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New research tells Government what farmers want from new peatland strategy

24th August 2020

As Defra prepares to announce England’s largest ever peatland restoration scheme as part of its Nature for Climate Fund, new research commissioned by Natural England from Newcastle University suggests the planned grant scheme needs to ensure  that farmers and land managers have the right level of funding and greater control than previous schemes in order to succeed. The new Nature for Climate Fund is expected to be a key part of Defra’s delivery of the England Peatland Strategy that is due to be launched later this year.

Professor Mark Reed from Newcastle University, who led the research, said, “Payment levels will need to increase substantially if the new scheme is to attract significant numbers of new entrants, and reflect the value of public goods we enjoy in society from well managed peatlands.”

“Overly prescriptive policies feel condescending at best and manipulative at worst. Therefore, policies need to target the competent majority, giving them flexibility to use their expertise to deliver outcomes that fit with local circumstances, and with training and support given to those who need it.”

While money is important, the research showed that land managers are also attracted to schemes for other personal and social reasons, for example if schemes enable them to collaborate with others, contribute to their local community or engage in activities that increase their sense of personal connection to the landscapes they manage.

Dr Regina Hansda, who conducted interviews and workshops with land managers across England, explained, “Land managers need to feature in the forthcoming England Peatland Strategy in ways that feel consistent with how they see themselves, for example as custodians and innovators, or diversifying into schemes that enhance their natural assets, rather than as park rangers who are saving the climate. Policies that appear to ask people to change their personal values and beliefs create instinctive opposition.”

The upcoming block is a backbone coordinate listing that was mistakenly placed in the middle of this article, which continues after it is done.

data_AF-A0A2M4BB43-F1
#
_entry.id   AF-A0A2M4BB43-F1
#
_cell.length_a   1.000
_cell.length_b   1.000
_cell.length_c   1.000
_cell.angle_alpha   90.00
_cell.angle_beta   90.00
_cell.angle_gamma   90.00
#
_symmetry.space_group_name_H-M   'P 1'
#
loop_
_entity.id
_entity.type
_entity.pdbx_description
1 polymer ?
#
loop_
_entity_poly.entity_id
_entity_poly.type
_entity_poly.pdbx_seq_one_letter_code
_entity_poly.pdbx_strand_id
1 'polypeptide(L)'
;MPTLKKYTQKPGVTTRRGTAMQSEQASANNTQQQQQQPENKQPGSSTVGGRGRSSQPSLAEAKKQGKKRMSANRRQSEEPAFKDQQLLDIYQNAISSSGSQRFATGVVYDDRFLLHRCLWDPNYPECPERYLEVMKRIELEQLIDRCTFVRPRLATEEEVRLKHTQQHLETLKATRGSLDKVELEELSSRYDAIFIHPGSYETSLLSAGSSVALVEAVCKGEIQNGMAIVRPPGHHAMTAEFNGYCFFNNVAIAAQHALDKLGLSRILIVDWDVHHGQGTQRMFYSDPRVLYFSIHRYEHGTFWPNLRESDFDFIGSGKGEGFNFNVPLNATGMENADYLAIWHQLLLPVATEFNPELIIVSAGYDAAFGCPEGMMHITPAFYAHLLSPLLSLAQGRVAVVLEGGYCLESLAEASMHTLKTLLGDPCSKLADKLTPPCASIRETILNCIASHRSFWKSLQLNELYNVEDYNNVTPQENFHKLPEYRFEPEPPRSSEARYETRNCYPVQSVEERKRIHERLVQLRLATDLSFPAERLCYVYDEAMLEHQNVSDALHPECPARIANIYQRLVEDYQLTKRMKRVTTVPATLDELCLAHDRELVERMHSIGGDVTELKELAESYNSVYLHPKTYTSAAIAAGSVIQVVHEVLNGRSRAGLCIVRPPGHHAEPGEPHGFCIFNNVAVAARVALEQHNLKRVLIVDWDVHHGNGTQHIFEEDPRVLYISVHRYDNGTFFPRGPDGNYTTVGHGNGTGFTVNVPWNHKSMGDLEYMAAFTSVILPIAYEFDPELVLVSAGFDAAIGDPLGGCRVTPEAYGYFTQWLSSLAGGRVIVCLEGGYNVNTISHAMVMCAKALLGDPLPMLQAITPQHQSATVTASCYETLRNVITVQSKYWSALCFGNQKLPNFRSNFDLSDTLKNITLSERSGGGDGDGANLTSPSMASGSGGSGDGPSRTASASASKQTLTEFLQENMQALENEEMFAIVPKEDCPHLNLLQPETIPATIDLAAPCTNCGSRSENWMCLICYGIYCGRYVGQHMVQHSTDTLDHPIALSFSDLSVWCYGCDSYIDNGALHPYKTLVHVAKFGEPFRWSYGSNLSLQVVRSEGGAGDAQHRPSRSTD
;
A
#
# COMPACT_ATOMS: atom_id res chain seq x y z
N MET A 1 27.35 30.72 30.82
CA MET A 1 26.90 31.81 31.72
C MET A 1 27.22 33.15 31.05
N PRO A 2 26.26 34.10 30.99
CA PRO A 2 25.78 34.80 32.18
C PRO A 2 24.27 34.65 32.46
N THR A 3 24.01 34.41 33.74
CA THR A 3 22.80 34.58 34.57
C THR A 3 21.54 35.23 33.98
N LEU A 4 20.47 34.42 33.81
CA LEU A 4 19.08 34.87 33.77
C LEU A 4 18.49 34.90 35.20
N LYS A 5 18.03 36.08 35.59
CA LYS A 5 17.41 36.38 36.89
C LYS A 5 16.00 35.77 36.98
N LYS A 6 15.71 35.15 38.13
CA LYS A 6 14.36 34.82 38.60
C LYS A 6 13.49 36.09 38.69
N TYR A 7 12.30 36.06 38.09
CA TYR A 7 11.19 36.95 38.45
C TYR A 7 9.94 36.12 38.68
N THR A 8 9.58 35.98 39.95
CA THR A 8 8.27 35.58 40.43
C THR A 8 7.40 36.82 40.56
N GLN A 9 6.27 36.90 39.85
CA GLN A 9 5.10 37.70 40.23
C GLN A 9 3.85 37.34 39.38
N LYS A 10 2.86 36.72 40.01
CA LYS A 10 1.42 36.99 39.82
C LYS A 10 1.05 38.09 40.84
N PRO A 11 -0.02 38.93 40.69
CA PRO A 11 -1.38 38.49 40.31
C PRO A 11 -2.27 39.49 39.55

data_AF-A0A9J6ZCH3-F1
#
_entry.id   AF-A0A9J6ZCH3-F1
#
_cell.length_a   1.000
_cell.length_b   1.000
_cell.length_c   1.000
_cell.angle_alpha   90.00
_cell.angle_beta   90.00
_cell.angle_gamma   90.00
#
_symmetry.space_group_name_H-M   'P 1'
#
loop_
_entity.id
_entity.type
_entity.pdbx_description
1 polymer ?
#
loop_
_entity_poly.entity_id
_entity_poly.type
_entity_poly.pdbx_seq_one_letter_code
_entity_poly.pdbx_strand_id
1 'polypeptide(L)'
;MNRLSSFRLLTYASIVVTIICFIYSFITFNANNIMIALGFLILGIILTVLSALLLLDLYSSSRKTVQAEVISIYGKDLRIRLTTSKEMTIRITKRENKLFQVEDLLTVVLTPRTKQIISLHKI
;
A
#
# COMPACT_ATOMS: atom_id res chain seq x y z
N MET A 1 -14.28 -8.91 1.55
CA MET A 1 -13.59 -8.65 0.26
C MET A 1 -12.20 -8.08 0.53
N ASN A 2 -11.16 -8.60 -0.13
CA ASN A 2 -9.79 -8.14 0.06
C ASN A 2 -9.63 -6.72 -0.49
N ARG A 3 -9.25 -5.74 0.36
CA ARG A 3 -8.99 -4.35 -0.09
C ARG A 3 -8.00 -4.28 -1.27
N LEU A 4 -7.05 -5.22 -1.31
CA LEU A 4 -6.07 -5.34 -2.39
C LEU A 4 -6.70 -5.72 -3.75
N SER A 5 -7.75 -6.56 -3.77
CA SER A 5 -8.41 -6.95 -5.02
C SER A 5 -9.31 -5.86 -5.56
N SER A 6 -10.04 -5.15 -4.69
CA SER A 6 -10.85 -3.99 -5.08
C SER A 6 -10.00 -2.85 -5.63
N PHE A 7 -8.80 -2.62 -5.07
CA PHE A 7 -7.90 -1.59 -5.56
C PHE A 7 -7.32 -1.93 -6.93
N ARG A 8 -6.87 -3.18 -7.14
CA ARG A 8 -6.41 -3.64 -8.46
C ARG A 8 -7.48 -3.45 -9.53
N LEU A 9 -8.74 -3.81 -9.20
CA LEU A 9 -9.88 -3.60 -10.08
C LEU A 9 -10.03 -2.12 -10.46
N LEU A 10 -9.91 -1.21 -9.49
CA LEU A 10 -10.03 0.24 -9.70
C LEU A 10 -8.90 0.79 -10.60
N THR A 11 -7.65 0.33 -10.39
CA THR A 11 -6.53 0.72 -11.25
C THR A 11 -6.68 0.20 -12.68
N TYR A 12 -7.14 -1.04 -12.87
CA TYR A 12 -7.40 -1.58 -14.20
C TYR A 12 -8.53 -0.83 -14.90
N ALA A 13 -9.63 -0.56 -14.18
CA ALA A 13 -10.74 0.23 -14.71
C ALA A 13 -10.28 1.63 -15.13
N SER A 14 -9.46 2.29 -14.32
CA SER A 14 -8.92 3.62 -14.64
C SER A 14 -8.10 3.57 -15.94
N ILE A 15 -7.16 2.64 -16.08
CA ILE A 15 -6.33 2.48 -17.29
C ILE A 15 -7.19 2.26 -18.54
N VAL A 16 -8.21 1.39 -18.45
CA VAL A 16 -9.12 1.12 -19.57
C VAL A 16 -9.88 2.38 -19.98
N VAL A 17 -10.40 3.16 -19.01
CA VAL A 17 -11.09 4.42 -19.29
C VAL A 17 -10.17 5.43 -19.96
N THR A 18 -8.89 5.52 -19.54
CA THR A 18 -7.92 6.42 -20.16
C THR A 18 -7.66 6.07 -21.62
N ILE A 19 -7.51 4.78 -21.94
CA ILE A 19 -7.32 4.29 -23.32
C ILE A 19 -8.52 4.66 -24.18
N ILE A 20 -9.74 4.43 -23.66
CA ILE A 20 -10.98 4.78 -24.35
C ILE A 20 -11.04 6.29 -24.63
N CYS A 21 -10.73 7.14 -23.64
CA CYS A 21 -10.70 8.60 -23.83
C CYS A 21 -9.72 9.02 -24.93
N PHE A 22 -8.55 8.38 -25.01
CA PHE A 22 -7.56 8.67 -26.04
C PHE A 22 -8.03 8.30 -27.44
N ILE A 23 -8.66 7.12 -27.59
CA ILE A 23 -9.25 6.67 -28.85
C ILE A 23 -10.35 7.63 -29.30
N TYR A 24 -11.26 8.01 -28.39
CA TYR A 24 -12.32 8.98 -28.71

The research also suggested that the private sector could play a more significant role in paying for peatland restoration if Defra’s new scheme is designed to leverage investment from companies and investors interested in mitigating climate change. There has been a significant growth in interest from the private sector in natural capital schemes over the last year, with no sign of recession slowing this down. The researchers suggested it would be crucial to work with people who are known and trusted by the land management community, to explain the risks and benefits, if significant amounts of private funding are to reach these often remote communities.

The research was part of Natural England’s Peat Pilots programme, researching and testing policy options for the England Peatland Strategy in Dartmoor, the East Anglian fens, Greater Manchester Combined Authority, Cumbria and Northumberland, and the North York Moors. Naomi Oakley, Principal Advisor for Natural England, leading the Peat Pilots project responded to the research: “This report has provided important evidence that has informed the development of a peatland strategy and grant scheme that will be attractive to land managers and so help us deliver our net zero emissions targets.” 

Clifton Bain, Director of the International Union for the Conservation of Nature’s UK Peatland Programme commented: “In the face of environmental emergencies we urgently need a green recovery where peatlands are properly valued and appreciated. This report shows that with the right level of public and private funding support, managing the land for healthy peatlands will be seen as an asset by land managers and wider society.  

“We have the opportunity now to shape our future in a way that avoids the costly impacts of damaged peatlands and sets a new long term future where managing land sustainably becomes the default option.”

Amanda Anderson, Director of the Moorland Association, said: “I congratulate the authors of this report for getting properly under the skin of real farmers and land managers in our uplands and understanding what motivates them.

“By harnessing the innate passion and drive of grouse moor owners and sheep farmers to leave their moor in a better condition for the next generation, coupled with their specialist knowledge and sense of place, peatland restoration at a landscape scale and pace is very achievable. Red tape needs to be cut away and clunky systems streamlined putting the land manager at the heart of decision making.”

Read the full report here

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Did You Know?

75% of Europe’s remaining upland heather moorland is found in the UK – but this area declined alarmingly over the latter part of the last century. The Moorland Association was set up in 1986 to coordinate the efforts of moorland owners and managers to halt this loss, particularly in England and Wales.

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